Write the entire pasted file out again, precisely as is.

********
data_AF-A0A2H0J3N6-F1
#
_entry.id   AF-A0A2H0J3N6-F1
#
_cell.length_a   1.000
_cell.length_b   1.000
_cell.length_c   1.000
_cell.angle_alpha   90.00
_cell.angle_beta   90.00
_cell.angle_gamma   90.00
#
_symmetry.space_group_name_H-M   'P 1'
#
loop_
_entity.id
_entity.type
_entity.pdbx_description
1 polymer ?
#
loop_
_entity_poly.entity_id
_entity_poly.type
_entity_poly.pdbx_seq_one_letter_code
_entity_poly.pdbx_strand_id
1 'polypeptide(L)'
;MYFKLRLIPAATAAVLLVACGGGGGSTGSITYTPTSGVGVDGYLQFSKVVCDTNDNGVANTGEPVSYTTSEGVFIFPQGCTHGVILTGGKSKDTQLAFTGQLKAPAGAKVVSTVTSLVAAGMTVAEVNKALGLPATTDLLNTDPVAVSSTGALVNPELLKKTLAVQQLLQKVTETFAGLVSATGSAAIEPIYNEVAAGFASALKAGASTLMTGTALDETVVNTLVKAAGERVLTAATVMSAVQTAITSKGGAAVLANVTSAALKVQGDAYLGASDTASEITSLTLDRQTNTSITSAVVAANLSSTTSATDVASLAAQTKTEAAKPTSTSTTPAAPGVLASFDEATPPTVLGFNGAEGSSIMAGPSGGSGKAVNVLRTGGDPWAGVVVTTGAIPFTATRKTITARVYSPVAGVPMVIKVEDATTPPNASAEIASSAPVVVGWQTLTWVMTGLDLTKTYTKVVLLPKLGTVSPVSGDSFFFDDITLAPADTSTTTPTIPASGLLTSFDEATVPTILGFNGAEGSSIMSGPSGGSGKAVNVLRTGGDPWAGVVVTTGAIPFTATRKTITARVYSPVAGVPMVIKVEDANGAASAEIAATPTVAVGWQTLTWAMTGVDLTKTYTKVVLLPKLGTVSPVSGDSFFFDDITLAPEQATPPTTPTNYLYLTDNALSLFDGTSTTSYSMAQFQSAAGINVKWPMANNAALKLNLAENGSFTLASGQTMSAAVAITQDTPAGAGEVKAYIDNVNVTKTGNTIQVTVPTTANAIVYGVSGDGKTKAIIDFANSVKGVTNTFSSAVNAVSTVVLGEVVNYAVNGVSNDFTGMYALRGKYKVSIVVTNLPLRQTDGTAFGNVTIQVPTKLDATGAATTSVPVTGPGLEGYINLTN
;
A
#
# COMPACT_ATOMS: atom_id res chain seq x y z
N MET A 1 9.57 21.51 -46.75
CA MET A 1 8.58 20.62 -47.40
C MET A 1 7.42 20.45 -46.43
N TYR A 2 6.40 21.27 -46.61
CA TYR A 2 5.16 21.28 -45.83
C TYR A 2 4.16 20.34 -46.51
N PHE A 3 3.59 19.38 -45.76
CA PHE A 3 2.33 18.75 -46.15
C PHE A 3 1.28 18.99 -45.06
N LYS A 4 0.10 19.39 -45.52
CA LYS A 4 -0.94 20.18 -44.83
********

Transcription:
data_AF-A0A2H0J3N6-F1
#
_entry.id   AF-A0A2H0J3N6-F1
#
_cell.length_a   1.000
_cell.length_b   1.000
_cell.length_c   1.000
_cell.angle_alpha   90.00
_cell.angle_beta   90.00
_cell.angle_gamma   90.00
#
_symmetry.space_group_name_H-M   'P 1'
#
loop_
_entity.id
_entity.type
_entity.pdbx_description
1 polymer ?
#
loop_
_entity_poly.entity_id
_entity_poly.type
_entity_poly.pdbx_seq_one_letter_code
_entity_poly.pdbx_strand_id
1 'polypeptide(L)'
;MYFKLRLIPAATAAVLLVACGGGGGSTGSITYTPTSGVGVDGYLQFSKVVCDTNDNGVANTGEPVSYTTSEGVFIFPQGCTHGVILTGGKSKDTQLAFTGQLKAPAGAKVVSTVTSLVAAGMTVAEVNKALGLPATTDLLNTDPVAVSSTGALVNPELLKKTLAVQQLLQKVTETFAGLVSATGSAAIEPIYNEVAAGFASALKAGASTLMTGTALDETVVNTLVKAAGERVLTAATVMSAVQTAITSKGGAAVLANVTSAALKVQGDAYLGASDTASEITSLTLDRQTNTSITSAVVAANLSSTTSATDVASLAAQTKTEAAKPTSTSTTPAAPGVLASFDEATPPTVLGFNGAEGSSIMAGPSGGSGKAVNVLRTGGDPWAGVVVTTGAIPFTATRKTITARVYSPVAGVPMVIKVEDATTPPNASAEIASSAPVVVGWQTLTWVMTGLDLTKTYTKVVLLPKLGTVSPVSGDSFFFDDITLAPADTSTTTPTIPASGLLTSFDEATVPTILGFNGAEGSSIMSGPSGGSGKAVNVLRTGGDPWAGVVVTTGAIPFTATRKTITARVYSPVAGVPMVIKVEDANGAASAEIAATPTVAVGWQTLTWAMTGVDLTKTYTKVVLLPKLGTVSPVSGDSFFFDDITLAPEQATPPTTPTNYLYLTDNALSLFDGTSTTSYSMAQFQSAAGINVKWPMANNAALKLNLAENGSFTLASGQTMSAAVAITQDTPAGAGEVKAYIDNVNVTKTGNTIQVTVPTTANAIVYGVSGDGKTKAIIDFANSVKGVTNTFSSAVNAVSTVVLGEVVNYAVNGVSNDFTGMYALRGKYKVSIVVTNLPLRQTDGTAFGNVTIQVPTKLDATGAATTSVPVTGPGLEGYINLTN
;
A
#
# COMPACT_ATOMS: atom_id res chain seq x y z
N MET A 1 9.57 21.51 -46.75
CA MET A 1 8.58 20.62 -47.40
C MET A 1 7.42 20.45 -46.43
N TYR A 2 6.40 21.27 -46.61
CA TYR A 2 5.16 21.28 -45.83
C TYR A 2 4.16 20.34 -46.51
N PHE A 3 3.59 19.38 -45.76
CA PHE A 3 2.33 18.75 -46.15
C PHE A 3 1.28 18.99 -45.06
N LYS A 4 0.10 19.39 -45.52
CA LYS A 4 -0.94 20.18 -44.83